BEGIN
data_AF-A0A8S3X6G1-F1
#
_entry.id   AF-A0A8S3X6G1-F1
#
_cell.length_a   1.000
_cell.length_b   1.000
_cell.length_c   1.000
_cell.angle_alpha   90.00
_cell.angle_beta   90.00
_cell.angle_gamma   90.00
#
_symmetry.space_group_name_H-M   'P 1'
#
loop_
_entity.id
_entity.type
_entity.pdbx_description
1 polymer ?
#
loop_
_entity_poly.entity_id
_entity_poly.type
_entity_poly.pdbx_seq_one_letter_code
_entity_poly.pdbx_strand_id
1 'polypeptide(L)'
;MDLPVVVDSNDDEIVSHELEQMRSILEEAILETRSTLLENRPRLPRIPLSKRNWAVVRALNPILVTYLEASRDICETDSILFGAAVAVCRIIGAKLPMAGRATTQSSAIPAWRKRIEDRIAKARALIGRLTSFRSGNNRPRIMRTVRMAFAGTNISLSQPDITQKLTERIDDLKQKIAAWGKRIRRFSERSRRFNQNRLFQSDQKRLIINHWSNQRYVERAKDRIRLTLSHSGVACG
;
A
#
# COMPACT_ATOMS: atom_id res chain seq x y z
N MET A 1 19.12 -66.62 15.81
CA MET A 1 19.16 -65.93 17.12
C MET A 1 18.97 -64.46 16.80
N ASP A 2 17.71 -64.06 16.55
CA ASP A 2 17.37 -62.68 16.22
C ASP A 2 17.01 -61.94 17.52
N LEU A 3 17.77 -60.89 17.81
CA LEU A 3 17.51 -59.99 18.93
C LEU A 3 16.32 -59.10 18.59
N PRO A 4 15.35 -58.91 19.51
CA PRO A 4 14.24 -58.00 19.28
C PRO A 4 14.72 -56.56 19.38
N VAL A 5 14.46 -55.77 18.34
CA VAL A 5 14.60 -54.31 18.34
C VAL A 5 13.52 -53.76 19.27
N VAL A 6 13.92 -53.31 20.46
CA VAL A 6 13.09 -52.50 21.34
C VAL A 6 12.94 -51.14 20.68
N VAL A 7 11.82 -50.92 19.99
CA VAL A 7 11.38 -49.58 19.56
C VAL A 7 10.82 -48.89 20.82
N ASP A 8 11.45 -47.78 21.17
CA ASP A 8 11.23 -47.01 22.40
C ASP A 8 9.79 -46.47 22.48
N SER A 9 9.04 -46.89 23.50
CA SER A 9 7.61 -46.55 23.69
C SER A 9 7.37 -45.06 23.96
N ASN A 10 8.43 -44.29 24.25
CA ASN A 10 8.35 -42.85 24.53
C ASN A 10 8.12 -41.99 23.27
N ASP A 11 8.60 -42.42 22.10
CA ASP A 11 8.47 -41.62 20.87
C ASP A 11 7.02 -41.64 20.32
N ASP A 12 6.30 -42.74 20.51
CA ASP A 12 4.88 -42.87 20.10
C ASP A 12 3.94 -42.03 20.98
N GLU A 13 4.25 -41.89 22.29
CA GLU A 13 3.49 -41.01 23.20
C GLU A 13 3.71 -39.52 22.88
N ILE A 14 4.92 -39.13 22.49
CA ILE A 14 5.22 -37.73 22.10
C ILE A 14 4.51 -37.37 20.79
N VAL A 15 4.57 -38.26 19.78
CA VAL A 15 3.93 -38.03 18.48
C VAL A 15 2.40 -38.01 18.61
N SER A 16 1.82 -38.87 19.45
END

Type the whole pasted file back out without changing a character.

data_AF-A0A8S3X6G1-F1
#
_entry.id   AF-A0A8S3X6G1-F1
#
_cell.length_a   1.000
_cell.length_b   1.000
_cell.length_c   1.000
_cell.angle_alpha   90.00
_cell.angle_beta   90.00
_cell.angle_gamma   90.00
#
_symmetry.space_group_name_H-M   'P 1'
#
loop_
_entity.id
_entity.type
_entity.pdbx_description
1 polymer ?
#
loop_
_entity_poly.entity_id
_entity_poly.type
_entity_poly.pdbx_seq_one_letter_code
_entity_poly.pdbx_strand_id
1 'polypeptide(L)'
;MDLPVVVDSNDDEIVSHELEQMRSILEEAILETRSTLLENRPRLPRIPLSKRNWAVVRALNPILVTYLEASRDICETDSILFGAAVAVCRIIGAKLPMAGRATTQSSAIPAWRKRIEDRIAKARALIGRLTSFRSGNNRPRIMRTVRMAFAGTNISLSQPDITQKLTERIDDLKQKIAAWGKRIRRFSERSRRFNQNRLFQSDQKRLIINHWSNQRYVERAKDRIRLTLSHSGVACG
;
A
#
# COMPACT_ATOMS: atom_id res chain seq x y z
N MET A 1 19.12 -66.62 15.81
CA MET A 1 19.16 -65.93 17.12
C MET A 1 18.97 -64.46 16.80
N ASP A 2 17.71 -64.06 16.55
CA ASP A 2 17.37 -62.68 16.22
C ASP A 2 17.01 -61.94 17.52
N LEU A 3 17.77 -60.89 17.81
CA LEU A 3 17.51 -59.99 18.93
C LEU A 3 16.32 -59.10 18.59
N PRO A 4 15.35 -58.91 19.51
CA PRO A 4 14.24 -58.00 19.28
C PRO A 4 14.72 -56.56 19.38
N VAL A 5 14.46 -55.77 18.34
CA VAL A 5 14.60 -54.31 18.34
C VAL A 5 13.52 -53.76 19.27
N VAL A 6 13.92 -53.31 20.46
CA VAL A 6 13.09 -52.50 21.34
C VAL A 6 12.94 -51.14 20.68
N VAL A 7 11.82 -50.92 19.99
CA VAL A 7 11.38 -49.58 19.56
C VAL A 7 10.82 -48.89 20.82
N ASP A 8 11.45 -47.78 21.17
CA ASP A 8 11.23 -47.01 22.40
C ASP A 8 9.79 -46.47 22.48
N SER A 9 9.04 -46.89 23.50
CA SER A 9 7.61 -46.55 23.69
C SER A 9 7.37 -45.06 23.96
N ASN A 10 8.43 -44.29 24.25
CA ASN A 10 8.35 -42.85 24.53
C ASN A 10 8.12 -41.99 23.27
N ASP A 11 8.60 -42.42 22.10
CA ASP A 11 8.47 -41.62 20.87
C ASP A 11 7.02 -41.64 20.32
N ASP A 12 6.30 -42.74 20.51
CA ASP A 12 4.88 -42.87 20.10
C ASP A 12 3.94 -42.03 20.98
N GLU A 13 4.25 -41.89 22.29
CA GLU A 13 3.49 -41.01 23.20
C GLU A 13 3.71 -39.52 22.88
N ILE A 14 4.92 -39.13 22.49
CA ILE A 14 5.22 -37.73 22.10
C ILE A 14 4.51 -37.37 20.79
N VAL A 15 4.57 -38.26 19.78
CA VAL A 15 3.93 -38.03 18.48
C VAL A 15 2.40 -38.01 18.61
N SER A 16 1.82 -38.87 19.45